Choir of St Giles’ Cathedral, Edinburgh, conducted by Michael Harris.

Organist: Peter Backhouse.

 

 

ANNA

 

There’s a story in John’s Gospel which radiates the subversive power of a physical act of caring.  The world is overturned again.

 

DAVID JACKSON YOUNG:  READING

Jesus Washes the Disciples’ Feet

Having loved his own who were in the world, Jesus loved them to the end. During supper, knowing that the Father had given all things into his hands, and that he had come from God and was going to God, he got up from the table, took off his outer robe, and tied a towel around himself. 5Then he poured water into a basin and began to wash the disciples’ feet and to wipe them with the towel that was tied around him. 6He came to Simon Peter, who said to him, ‘Lord, are you going to wash my feet?’ 7Jesus answered, ‘You do not know now what I am doing, but later you will understand.’ 8Peter said to him, ‘You will never wash my feet.’ Jesus answered, ‘Unless I wash you, you have no share with me.’9Simon Peter said to him, ‘Lord, not my feet only but also my hands and my head!’ 10Jesus said to him, ‘One who has bathed does not need to wash, except for the feet, but is entirely clean. And you are clean, though not all of you.’ 

12 After he had washed their feet, had put on his robe, and had returned to the table, he said to them, ‘Do you know what I have done to you?13You call me Teacher and Lord—and you are right, for that is what I am.14So if I, your Lord and Teacher, have washed your feet, you also ought to wash one another’s feet. 15For I have set you an example, that you also should do as I have done to you.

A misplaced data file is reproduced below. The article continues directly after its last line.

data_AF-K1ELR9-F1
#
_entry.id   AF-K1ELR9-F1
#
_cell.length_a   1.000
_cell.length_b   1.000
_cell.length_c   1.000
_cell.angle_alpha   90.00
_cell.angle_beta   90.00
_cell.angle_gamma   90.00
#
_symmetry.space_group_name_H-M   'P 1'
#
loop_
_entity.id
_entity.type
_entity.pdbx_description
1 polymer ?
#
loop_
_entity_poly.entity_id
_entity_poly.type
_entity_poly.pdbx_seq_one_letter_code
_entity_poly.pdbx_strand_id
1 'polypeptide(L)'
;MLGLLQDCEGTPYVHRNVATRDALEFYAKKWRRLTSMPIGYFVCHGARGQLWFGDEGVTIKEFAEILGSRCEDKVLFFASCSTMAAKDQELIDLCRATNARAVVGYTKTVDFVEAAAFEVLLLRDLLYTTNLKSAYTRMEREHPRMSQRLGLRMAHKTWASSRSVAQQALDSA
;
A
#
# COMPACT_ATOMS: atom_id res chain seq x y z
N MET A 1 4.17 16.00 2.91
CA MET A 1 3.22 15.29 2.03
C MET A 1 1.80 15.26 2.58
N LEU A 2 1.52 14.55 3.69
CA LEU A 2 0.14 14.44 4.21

ANNA

There’s deep discomfort at the heart of this moment in the upper room, the night before Jesus’ death.  These ordinary men, these disciples to whom he’s master and Messiah, they can’t believe Jesus is kneeling over their dirty feet, washing them as a slave would do.  This isn’t how it should be.  This upsets everything.

 

The act goes to the core of Christianity: all we are and have, comes from God.  And we are meant to share whatever we hold, and open ourselves to each other.

 

One of my nieces is a newly-qualified Staff Nurse.  Ellie’s 23, and works in a vast London hospital.  She’s in the kind of job which gives her insight and maturity beyond her years. Every day, she looks after strangers. We sat down together one afternoon to talk about caring, and giving back what we receive.  And what the story of Jesus washing the disciples’ feet means to her:

 

ELLIE

It’s the son of God, it is the most holy person saying I don’t care if you’re homeless, I don’t care if you’re the scum of the earth, I am here to serve you.  It’s just throwing every ideal we have out the window that you have to be the most rich, you have to be clean, you have to be good at your job – as long as you are a person, that’s what makes you valuable, and I am looking past anything other than you being a human – you are a human so I am going to serve you.

 

As a nurse you do have to do that, you have to say, I don’t care if you’re a drug-dealer, I don’t care if you’re a criminal, I don’t care if you’re a nun – I am going to treat you exactly the same because I have a duty to serve every person that comes through this door.

 

ANNA

Tell me a bit about feet, though – what kind of feet do you encounter in your work?

 

ELLIE

Ooh … They come in all shapes and sizes, all lengths of toenails and smelliness and grottiness.  We’ve got patients who come off the streets, who are homeless.  And sometimes it can be quite horrible!

 

ANNA

But clearly you can’t allow yourself to be squeamish because that’s, your job involves a lot of putting your hands on people, on giving intimate help?

 

ELLIE

Yeh, and I think over the years you do, you become a bit more immune to it.